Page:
(A) IMF has not dared to open its reserved archives in Washington to the public in general.
(B) IMF has been adopting a transparency policy so as to enhance its credibility and legitimacy.
(C) IMF must be freed from the impositions of the world leaders on its financial decisions.
(D) once secret information kept by the IMF is not freely discussed nor is it easily negotiable.
(E) world economies are trying to get rid of the excessive control of the IMF over their financial systems.57
The only argument that CANNOT be considered supportive of publishing the IMF documents is that the
(A) public must be made aware of what the IMF has been doing and the support it is giving to economic policy
(B) IMF will be regarded as a more trustworthy institution if it releases its documents and financial decisions to the
public at large.
(C) language used in documents that circulate publicly is usually more controlled and therefore less frank and
direct in exposing opinions and facts.
(D) lack of access of external stakeholders to the issues the IMF supports and the actions it takes makes the
institution more vulnerable and less effective.
(E) relevant changes made to the financing structure of the institution were only effected in recognition of the IMF
as a reputable and candid organization.58
In terms of meaning, it is correct to affirm that
(A) “...charged with...” (lines 3-4) and endowed with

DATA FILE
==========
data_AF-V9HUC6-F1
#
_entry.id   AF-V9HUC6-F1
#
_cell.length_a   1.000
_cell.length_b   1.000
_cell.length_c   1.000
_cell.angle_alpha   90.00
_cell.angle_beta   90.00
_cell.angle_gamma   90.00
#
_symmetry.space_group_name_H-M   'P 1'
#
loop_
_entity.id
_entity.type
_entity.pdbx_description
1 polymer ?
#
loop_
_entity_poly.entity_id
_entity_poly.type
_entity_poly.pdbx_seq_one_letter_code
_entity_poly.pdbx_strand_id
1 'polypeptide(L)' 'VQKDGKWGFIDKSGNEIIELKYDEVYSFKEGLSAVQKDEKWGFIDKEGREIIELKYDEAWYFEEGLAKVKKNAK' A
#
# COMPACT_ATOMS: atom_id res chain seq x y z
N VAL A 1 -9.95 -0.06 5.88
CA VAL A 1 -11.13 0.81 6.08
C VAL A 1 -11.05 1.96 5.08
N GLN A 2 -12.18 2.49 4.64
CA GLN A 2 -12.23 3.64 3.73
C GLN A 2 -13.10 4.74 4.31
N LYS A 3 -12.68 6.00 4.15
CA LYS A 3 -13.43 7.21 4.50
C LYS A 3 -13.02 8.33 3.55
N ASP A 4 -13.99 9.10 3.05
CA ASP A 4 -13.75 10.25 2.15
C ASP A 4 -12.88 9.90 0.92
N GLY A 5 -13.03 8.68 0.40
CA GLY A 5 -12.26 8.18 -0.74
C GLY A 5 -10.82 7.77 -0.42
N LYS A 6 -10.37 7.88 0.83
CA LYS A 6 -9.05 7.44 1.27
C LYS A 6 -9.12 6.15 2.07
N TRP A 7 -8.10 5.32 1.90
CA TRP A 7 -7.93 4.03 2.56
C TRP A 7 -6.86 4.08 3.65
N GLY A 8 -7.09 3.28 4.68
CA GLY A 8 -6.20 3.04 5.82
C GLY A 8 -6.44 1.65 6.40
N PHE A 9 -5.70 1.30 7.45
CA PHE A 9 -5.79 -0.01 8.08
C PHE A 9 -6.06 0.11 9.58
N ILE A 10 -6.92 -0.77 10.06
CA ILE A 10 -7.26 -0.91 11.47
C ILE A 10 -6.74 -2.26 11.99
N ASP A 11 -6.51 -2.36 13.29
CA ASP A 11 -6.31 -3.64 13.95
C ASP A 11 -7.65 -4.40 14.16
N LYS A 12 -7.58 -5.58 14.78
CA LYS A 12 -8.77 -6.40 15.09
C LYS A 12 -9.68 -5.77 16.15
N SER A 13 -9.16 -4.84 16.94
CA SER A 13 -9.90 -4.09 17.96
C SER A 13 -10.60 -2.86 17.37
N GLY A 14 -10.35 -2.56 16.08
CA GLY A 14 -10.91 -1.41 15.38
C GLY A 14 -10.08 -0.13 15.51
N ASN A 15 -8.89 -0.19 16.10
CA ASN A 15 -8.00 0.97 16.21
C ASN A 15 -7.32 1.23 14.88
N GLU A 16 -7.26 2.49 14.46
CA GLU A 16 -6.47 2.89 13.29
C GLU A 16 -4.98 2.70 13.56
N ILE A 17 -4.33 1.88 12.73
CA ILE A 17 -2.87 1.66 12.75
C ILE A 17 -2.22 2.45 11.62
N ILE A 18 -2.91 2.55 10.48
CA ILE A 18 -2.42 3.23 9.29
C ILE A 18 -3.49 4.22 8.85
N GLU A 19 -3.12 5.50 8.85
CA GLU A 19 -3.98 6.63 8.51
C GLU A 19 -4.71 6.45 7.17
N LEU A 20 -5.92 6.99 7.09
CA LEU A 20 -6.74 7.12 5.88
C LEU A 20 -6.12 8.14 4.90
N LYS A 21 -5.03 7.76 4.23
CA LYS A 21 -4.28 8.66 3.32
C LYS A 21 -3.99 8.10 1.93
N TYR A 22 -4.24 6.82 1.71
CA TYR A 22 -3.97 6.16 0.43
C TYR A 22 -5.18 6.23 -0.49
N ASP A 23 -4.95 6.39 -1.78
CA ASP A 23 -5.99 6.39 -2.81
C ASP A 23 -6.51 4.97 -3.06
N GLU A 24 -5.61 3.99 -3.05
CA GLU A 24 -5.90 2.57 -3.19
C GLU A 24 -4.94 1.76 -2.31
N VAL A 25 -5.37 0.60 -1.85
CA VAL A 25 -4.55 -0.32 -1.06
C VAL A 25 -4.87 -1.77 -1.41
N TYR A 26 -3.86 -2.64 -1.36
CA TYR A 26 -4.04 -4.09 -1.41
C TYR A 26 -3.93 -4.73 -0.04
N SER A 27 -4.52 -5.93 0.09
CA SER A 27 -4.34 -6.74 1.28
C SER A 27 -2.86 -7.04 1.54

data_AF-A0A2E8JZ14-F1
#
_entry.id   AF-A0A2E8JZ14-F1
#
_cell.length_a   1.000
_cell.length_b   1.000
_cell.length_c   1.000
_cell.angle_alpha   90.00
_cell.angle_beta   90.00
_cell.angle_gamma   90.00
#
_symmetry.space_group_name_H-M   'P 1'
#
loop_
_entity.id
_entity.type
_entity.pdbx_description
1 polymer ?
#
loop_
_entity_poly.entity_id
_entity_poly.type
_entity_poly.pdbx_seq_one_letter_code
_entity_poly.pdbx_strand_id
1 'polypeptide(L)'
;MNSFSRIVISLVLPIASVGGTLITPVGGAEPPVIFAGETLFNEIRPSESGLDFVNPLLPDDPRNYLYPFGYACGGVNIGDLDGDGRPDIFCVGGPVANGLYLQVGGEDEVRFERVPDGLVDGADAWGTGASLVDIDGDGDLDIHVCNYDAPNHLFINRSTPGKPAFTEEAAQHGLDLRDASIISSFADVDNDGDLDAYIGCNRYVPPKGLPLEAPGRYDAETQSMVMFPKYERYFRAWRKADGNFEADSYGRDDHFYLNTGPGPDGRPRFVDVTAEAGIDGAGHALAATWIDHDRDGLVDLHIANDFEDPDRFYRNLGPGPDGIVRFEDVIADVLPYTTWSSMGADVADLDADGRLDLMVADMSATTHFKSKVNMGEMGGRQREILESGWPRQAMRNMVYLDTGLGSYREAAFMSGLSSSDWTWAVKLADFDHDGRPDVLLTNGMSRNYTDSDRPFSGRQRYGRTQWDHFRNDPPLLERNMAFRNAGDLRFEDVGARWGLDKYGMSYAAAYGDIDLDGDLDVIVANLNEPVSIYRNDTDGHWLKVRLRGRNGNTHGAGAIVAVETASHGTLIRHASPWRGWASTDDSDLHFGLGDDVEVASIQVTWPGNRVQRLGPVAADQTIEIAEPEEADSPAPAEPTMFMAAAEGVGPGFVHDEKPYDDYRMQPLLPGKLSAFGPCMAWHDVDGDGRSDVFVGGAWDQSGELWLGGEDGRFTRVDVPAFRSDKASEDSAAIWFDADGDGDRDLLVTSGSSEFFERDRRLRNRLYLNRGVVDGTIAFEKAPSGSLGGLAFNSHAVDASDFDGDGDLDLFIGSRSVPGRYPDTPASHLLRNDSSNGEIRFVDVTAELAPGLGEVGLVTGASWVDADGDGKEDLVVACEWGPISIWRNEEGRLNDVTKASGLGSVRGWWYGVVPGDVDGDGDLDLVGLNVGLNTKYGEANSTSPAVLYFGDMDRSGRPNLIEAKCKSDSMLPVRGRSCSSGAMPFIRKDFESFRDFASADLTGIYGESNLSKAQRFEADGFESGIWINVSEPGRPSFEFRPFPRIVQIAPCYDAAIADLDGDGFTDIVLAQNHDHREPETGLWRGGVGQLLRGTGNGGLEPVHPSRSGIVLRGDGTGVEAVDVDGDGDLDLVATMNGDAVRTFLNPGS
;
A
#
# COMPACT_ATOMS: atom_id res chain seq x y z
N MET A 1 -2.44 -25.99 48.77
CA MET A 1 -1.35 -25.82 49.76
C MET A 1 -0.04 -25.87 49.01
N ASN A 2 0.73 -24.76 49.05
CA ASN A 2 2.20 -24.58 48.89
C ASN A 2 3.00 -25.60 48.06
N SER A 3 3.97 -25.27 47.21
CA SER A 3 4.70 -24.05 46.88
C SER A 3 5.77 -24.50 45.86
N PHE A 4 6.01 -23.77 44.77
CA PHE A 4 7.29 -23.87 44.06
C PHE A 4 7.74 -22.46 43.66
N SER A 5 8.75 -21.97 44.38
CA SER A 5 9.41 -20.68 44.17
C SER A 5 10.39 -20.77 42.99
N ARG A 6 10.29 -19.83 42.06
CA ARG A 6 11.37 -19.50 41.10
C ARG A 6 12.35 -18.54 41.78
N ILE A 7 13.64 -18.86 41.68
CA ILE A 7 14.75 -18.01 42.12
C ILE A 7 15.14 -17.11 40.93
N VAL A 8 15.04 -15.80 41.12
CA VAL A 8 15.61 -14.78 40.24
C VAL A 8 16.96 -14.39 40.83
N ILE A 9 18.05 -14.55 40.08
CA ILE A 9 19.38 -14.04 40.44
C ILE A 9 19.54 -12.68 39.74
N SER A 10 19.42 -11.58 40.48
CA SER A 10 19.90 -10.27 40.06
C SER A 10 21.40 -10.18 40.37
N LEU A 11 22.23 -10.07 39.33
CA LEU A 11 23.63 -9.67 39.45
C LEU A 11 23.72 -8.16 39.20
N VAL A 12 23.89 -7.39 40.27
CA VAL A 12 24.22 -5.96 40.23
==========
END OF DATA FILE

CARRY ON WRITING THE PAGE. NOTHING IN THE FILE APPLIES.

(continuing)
(B) “...reach out to...” (line 13) and get in touch with
(C) “...scrutiny.” (line 19) and inquiry
have opposite meanings.
(D) “...gearing up to.” (line 37) and getting ready for
express contradictory ideas.
(E) “...come a long way...” (line 40) and made considerable progress
express similar ideas.59
The expression in boldtype
and the item in parenthesis are semantically equivalent in
(A) “In all
, it makes us a more effective and legitimate institution.” - lines 21-22. (all things considered).
(B) “the Fund cannot be a genuine leader on economic policy issues unless
it is seen as transparent.” - lines 23-24. (given that).
, further efforts should focus on making progress on a broad front, on issues that may catch fewer
headlines,” - lines 45-47. (moreover).
(D) “To this end
, there is a long-standing and fundamental principle that Fund reports are not ‘negotiated’
documents.” - lines 52-54. (last but not least).
(E) “We should also consider whether
we can make some archived material available more quickly to the public.”
- lines 58-60. (while).60
“I agree wholeheartedly with these transparency initiatives. I would also urge the IMF to keep going further forward
particularly in regards to archives, as well as releasing country reports as part of a regular pattern of their activities,
and to move to a system of releasing mandatory reports. In order for us not to repeat the same mistakes over and
over again, we must be able to discern patterns from real world data. Secrecy is to be shunned since it promotes an
imbalance in power and always leads to abuses.”
Rahim, on December 14th, 2009 at 12:41 amhttp://blog-imfdirect.imf.org/2009/09/1 ... omment-579
The comment above is in tune with Moghadam’s ideas, because Rahim states that
(A) secret reports are not welcome in the IMF any more because they actually distort real world data.
(B) some concealment measures should be preserved so as to protect IMF archives and country reports.
(C) no country reports should be mandatory to avoid the imbalance of power among the world’s leading nations.
(D) the transparency initiatives promoted by the IMF may eventually lead to mistakes and to an abuse of power.
(E) the IMF should regularly publish reports in order to keep the world informed on financial and economic issues
the institution has adopted.